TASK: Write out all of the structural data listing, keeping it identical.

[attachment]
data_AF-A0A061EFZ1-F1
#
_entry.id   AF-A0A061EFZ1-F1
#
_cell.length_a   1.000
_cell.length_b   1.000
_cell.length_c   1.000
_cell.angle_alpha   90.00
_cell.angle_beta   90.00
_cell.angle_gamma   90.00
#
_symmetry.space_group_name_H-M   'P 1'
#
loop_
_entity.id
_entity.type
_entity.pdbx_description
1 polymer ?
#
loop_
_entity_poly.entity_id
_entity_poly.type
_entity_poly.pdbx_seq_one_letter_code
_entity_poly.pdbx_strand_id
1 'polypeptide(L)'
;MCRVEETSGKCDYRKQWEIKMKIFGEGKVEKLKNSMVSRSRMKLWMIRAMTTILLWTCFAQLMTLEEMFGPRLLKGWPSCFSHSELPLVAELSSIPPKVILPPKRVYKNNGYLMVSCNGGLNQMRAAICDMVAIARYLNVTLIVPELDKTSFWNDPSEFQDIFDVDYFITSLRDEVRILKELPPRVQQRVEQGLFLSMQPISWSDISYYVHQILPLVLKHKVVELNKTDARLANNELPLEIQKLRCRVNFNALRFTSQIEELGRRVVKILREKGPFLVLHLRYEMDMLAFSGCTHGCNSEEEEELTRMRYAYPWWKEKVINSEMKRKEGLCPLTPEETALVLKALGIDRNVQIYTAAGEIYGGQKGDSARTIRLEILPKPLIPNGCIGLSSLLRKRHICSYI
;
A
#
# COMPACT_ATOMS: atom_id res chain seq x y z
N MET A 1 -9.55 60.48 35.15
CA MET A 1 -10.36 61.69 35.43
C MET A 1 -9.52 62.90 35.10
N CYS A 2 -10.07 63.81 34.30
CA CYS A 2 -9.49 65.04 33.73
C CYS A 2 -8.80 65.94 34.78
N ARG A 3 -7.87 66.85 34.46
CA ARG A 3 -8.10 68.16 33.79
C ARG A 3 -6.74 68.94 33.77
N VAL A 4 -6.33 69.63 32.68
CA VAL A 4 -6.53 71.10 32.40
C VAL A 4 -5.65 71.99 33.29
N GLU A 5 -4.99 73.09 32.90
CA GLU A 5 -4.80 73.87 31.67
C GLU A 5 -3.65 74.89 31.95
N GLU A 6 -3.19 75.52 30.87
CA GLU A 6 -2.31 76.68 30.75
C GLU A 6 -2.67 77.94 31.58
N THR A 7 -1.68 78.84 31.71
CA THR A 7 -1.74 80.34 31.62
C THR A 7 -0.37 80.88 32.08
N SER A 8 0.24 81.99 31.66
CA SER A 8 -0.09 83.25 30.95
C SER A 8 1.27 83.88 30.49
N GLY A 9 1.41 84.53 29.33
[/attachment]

data_AF-A0A061EFZ1-F1
#
_entry.id   AF-A0A061EFZ1-F1
#
_cell.length_a   1.000
_cell.length_b   1.000
_cell.length_c   1.000
_cell.angle_alpha   90.00
_cell.angle_beta   90.00
_cell.angle_gamma   90.00
#
_symmetry.space_group_name_H-M   'P 1'
#
loop_
_entity.id
_entity.type
_entity.pdbx_description
1 polymer ?
#
loop_
_entity_poly.entity_id
_entity_poly.type
_entity_poly.pdbx_seq_one_letter_code
_entity_poly.pdbx_strand_id
1 'polypeptide(L)'
;MCRVEETSGKCDYRKQWEIKMKIFGEGKVEKLKNSMVSRSRMKLWMIRAMTTILLWTCFAQLMTLEEMFGPRLLKGWPSCFSHSELPLVAELSSIPPKVILPPKRVYKNNGYLMVSCNGGLNQMRAAICDMVAIARYLNVTLIVPELDKTSFWNDPSEFQDIFDVDYFITSLRDEVRILKELPPRVQQRVEQGLFLSMQPISWSDISYYVHQILPLVLKHKVVELNKTDARLANNELPLEIQKLRCRVNFNALRFTSQIEELGRRVVKILREKGPFLVLHLRYEMDMLAFSGCTHGCNSEEEEELTRMRYAYPWWKEKVINSEMKRKEGLCPLTPEETALVLKALGIDRNVQIYTAAGEIYGGQKGDSARTIRLEILPKPLIPNGCIGLSSLLRKRHICSYI
;
A
#
# COMPACT_ATOMS: atom_id res chain seq x y z
N MET A 1 -9.55 60.48 35.15
CA MET A 1 -10.36 61.69 35.43
C MET A 1 -9.52 62.90 35.10
N CYS A 2 -10.07 63.81 34.30
CA CYS A 2 -9.49 65.04 33.73
C CYS A 2 -8.80 65.94 34.78
N ARG A 3 -7.87 66.85 34.46
CA ARG A 3 -8.10 68.16 33.79
C ARG A 3 -6.74 68.94 33.77
N VAL A 4 -6.33 69.63 32.68
CA VAL A 4 -6.53 71.10 32.40
C VAL A 4 -5.65 71.99 33.29
N GLU A 5 -4.99 73.09 32.90
CA GLU A 5 -4.80 73.87 31.67
C GLU A 5 -3.65 74.89 31.95
N GLU A 6 -3.19 75.52 30.87
CA GLU A 6 -2.31 76.68 30.75
C GLU A 6 -2.67 77.94 31.58
N THR A 7 -1.68 78.84 31.71
CA THR A 7 -1.74 80.34 31.62
C THR A 7 -0.37 80.88 32.08
N SER A 8 0.24 81.99 31.66
CA SER A 8 -0.09 83.25 30.95
C SER A 8 1.27 83.88 30.49
N GLY A 9 1.41 84.53 29.33